Today, we’re taking our first family vacation ever with my mom’s side of the family. They actually thought it was a bizarre suggestion when we first brought up the trip, because it’s something they have never done.
This morning, I asked my grandpa when the last time he traveled with his kids was. His answer: “30 years ago.”

Asia on the horizon

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A year and a half ago, Abby, Esther, Lindsay and I bought a travel journal to mail to each other while Esther was in Korea and Lindsay was in Australia. I received it today, because it’s finally my turn to go away, plus a few send-off letters (we were meeting up for Esther’s birthday, and they somehow managed to make me feel so loved even though it wasn’t my special day). I feel like I’ve spent so much time at the airport the past few years, but I’ve never been the one hopping on a plane, so I’m extremely excited to finally have travels to write about in this journal!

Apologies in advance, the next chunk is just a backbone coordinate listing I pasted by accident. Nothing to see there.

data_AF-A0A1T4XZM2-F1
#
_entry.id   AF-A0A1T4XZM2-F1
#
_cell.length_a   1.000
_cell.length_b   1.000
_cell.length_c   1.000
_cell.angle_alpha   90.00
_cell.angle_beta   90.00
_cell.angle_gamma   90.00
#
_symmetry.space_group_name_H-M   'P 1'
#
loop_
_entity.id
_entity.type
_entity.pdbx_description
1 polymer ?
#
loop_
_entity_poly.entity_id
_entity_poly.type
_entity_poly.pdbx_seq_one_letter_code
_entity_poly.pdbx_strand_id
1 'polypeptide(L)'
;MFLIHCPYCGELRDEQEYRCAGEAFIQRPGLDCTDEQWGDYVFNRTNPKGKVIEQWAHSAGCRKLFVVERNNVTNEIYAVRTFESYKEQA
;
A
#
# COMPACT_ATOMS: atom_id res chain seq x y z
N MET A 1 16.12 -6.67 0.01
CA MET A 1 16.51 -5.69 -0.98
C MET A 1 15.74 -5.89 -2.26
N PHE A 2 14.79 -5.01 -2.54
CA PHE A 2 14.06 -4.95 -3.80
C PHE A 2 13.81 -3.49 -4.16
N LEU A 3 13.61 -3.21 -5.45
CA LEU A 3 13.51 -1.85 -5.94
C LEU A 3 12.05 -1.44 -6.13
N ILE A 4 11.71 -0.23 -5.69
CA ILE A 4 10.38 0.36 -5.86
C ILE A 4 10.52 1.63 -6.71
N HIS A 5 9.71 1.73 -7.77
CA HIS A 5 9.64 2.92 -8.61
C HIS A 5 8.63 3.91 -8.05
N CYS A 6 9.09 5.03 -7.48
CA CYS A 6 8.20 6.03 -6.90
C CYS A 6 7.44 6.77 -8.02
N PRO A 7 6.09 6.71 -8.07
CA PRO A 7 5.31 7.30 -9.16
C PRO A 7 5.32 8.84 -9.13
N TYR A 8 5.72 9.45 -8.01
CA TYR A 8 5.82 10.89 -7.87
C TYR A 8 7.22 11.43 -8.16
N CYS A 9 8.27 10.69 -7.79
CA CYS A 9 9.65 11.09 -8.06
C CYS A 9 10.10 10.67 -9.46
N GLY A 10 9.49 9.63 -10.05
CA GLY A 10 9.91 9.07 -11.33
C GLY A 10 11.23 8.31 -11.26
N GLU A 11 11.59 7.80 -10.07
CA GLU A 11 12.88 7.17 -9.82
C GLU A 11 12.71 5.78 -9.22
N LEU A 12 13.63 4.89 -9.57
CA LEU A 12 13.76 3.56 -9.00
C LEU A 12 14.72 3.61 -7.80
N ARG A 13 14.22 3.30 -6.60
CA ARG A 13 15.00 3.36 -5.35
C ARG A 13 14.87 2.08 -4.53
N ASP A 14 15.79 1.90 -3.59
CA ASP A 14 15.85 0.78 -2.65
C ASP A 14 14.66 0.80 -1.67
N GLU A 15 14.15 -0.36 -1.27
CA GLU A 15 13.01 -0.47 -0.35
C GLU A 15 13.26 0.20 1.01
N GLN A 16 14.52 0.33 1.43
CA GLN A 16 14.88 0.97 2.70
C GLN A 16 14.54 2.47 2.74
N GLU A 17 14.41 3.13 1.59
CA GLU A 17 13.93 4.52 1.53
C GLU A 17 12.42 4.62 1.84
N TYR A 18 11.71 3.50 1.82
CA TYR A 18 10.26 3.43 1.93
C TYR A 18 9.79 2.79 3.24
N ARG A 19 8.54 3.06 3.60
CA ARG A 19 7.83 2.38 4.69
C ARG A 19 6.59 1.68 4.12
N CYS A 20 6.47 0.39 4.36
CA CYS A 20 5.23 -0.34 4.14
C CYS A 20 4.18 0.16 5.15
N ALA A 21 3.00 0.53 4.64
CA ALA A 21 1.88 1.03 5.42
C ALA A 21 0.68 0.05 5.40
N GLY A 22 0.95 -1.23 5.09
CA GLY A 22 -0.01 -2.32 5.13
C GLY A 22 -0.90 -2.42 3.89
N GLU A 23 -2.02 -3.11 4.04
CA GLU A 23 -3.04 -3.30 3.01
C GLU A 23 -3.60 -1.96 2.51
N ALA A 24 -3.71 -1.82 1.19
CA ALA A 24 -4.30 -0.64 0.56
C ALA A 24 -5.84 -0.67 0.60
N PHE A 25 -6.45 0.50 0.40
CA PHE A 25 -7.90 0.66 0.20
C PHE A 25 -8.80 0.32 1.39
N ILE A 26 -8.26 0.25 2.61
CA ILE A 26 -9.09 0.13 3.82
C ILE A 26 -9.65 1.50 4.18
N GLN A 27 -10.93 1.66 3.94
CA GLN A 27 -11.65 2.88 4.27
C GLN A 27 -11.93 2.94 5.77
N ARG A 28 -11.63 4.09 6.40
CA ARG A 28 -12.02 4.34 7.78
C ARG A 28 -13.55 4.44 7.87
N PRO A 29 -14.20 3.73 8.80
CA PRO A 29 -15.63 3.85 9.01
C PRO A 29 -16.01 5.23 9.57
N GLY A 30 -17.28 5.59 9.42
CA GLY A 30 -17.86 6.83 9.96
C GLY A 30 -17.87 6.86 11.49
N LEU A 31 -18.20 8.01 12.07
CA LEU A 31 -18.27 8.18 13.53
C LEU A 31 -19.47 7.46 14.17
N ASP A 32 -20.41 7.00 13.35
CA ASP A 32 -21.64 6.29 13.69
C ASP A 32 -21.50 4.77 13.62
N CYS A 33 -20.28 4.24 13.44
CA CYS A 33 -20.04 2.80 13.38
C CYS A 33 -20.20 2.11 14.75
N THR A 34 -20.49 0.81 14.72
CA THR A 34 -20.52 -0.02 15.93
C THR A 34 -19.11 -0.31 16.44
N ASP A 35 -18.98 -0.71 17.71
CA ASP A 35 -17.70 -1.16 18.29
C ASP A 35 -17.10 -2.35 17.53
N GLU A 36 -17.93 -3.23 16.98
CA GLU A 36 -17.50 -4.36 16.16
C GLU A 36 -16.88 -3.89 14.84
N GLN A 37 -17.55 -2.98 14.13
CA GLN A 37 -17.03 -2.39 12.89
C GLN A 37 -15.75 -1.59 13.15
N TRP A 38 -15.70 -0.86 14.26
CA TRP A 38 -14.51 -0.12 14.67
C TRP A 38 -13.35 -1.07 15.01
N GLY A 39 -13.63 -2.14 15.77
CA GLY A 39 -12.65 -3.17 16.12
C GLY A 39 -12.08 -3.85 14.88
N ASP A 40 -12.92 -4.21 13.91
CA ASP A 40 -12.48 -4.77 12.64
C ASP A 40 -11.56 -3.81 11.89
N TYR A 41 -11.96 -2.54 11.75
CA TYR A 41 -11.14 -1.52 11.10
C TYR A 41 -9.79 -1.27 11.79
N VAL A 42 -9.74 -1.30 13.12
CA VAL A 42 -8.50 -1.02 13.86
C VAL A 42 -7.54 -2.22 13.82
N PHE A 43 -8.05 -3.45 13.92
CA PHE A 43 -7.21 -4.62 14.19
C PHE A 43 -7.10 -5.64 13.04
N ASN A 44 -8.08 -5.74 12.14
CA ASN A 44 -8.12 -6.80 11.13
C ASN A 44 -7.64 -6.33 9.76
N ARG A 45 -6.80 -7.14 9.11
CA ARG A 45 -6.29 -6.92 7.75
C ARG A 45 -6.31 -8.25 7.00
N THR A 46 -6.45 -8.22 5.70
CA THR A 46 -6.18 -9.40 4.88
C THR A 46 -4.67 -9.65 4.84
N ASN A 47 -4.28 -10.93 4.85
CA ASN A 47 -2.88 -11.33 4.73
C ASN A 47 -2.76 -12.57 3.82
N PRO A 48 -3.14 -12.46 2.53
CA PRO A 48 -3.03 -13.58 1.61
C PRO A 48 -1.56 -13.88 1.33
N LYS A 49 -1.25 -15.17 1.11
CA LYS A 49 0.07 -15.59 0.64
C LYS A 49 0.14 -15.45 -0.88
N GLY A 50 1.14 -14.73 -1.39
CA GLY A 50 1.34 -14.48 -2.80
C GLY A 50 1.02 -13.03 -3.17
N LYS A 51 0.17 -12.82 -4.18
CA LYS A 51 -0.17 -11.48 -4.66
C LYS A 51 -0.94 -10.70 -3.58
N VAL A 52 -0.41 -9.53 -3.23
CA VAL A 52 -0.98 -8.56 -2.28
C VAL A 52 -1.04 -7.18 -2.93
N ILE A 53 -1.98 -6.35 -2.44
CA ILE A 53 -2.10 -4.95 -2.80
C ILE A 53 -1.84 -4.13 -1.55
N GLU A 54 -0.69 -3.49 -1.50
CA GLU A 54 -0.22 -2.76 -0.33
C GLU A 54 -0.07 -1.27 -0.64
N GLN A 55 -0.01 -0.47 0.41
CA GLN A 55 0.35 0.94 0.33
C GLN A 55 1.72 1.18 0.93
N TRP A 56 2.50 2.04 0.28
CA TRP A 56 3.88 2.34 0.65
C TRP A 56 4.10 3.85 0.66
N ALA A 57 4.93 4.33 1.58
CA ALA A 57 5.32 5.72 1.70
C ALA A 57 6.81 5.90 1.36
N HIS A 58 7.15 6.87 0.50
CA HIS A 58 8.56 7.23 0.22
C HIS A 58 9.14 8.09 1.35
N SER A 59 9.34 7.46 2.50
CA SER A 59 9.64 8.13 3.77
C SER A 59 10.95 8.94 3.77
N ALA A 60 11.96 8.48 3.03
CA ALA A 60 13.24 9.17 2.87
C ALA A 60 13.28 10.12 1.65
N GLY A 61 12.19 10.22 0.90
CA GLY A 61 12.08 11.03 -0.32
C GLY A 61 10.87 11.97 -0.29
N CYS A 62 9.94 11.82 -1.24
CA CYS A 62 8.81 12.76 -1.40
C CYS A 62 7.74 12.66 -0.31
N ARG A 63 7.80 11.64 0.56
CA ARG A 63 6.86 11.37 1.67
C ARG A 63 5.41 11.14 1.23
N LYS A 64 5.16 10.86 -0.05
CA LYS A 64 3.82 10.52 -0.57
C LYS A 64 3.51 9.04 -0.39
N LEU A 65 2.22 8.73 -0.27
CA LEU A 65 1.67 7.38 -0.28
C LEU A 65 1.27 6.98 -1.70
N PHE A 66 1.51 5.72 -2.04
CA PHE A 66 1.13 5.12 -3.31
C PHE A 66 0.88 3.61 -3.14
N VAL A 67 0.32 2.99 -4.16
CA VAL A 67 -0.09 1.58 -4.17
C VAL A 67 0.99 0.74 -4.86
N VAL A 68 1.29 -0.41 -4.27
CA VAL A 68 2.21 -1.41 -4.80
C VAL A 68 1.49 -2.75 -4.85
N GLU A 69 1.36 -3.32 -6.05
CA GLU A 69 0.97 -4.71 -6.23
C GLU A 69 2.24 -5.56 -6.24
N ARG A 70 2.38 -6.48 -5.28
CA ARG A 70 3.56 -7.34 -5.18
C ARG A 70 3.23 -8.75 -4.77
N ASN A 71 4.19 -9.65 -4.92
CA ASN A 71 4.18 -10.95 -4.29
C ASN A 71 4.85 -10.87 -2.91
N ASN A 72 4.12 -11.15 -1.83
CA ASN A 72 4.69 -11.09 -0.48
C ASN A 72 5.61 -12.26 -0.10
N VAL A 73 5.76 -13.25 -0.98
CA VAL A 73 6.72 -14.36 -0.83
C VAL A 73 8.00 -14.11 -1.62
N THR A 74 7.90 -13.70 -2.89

With my Asia trip coming up in two days, this past week has been full of goodbyes; not because I’m going for very long, but because a lot of people are going away while I’m gone. When I come back, things are going to be very, very different. Summer always holds this tension of loved ones jetting off to different adventures, and faraway friends returning home. There are some friends that I have a very brief window of overlapping time with this summer. There are some that I won’t see till I come back from exchange in January. There are others that I won’t get to see till next summer.

I always have a fear of people changing when they leave, because seeing the world helps you learn things about yourself that wouldn’t have been visible to you before. Things happen when you try to stretch yourself to invest into two places at once (which is a hard but important lesson to learn). Change is often good and incredibly necessary, but man, growing pains hurt.